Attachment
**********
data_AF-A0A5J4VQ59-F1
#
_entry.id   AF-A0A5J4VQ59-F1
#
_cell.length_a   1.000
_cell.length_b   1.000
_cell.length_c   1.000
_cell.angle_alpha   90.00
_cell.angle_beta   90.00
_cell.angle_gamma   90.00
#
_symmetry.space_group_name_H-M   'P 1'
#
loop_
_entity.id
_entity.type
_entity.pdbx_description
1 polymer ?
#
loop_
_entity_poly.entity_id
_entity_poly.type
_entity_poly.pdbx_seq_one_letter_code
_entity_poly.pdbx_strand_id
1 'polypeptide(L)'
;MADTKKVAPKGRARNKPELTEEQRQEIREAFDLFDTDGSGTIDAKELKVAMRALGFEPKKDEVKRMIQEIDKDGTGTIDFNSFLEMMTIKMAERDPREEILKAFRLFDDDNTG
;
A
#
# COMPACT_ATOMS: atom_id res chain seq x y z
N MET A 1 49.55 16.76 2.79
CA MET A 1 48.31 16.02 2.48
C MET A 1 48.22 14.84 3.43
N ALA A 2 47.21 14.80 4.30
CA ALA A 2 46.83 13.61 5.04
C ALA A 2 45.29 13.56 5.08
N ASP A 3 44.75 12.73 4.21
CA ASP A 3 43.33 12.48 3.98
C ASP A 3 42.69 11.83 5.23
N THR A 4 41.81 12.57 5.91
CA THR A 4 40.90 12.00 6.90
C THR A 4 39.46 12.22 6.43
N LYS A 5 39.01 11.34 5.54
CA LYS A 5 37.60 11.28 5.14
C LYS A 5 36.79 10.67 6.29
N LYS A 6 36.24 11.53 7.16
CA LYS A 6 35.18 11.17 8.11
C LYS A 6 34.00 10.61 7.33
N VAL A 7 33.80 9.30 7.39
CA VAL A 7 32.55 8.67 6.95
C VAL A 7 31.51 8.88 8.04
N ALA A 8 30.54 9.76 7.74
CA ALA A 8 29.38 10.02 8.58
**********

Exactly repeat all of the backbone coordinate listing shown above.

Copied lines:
data_AF-A0A5J4VQ59-F1
#
_entry.id   AF-A0A5J4VQ59-F1
#
_cell.length_a   1.000
_cell.length_b   1.000
_cell.length_c   1.000
_cell.angle_alpha   90.00
_cell.angle_beta   90.00
_cell.angle_gamma   90.00
#
_symmetry.space_group_name_H-M   'P 1'
#
loop_
_entity.id
_entity.type
_entity.pdbx_description
1 polymer ?
#
loop_
_entity_poly.entity_id
_entity_poly.type
_entity_poly.pdbx_seq_one_letter_code
_entity_poly.pdbx_strand_id
1 'polypeptide(L)'
;MADTKKVAPKGRARNKPELTEEQRQEIREAFDLFDTDGSGTIDAKELKVAMRALGFEPKKDEVKRMIQEIDKDGTGTIDFNSFLEMMTIKMAERDPREEILKAFRLFDDDNTG
;
A
#
# COMPACT_ATOMS: atom_id res chain seq x y z
N MET A 1 49.55 16.76 2.79
CA MET A 1 48.31 16.02 2.48
C MET A 1 48.22 14.84 3.43
N ALA A 2 47.21 14.80 4.30
CA ALA A 2 46.83 13.61 5.04
C ALA A 2 45.29 13.56 5.08
N ASP A 3 44.75 12.73 4.21
CA ASP A 3 43.33 12.48 3.98
C ASP A 3 42.69 11.83 5.23
N THR A 4 41.81 12.57 5.91
CA THR A 4 40.90 12.00 6.90
C THR A 4 39.46 12.22 6.43
N LYS A 5 39.01 11.34 5.54
CA LYS A 5 37.60 11.28 5.14
C LYS A 5 36.79 10.67 6.29
N LYS A 6 36.24 11.53 7.16
CA LYS A 6 35.18 11.17 8.11
C LYS A 6 34.00 10.61 7.33
N VAL A 7 33.80 9.30 7.39
CA VAL A 7 32.55 8.67 6.95
C VAL A 7 31.51 8.88 8.04
N ALA A 8 30.54 9.76 7.74
CA ALA A 8 29.38 10.02 8.58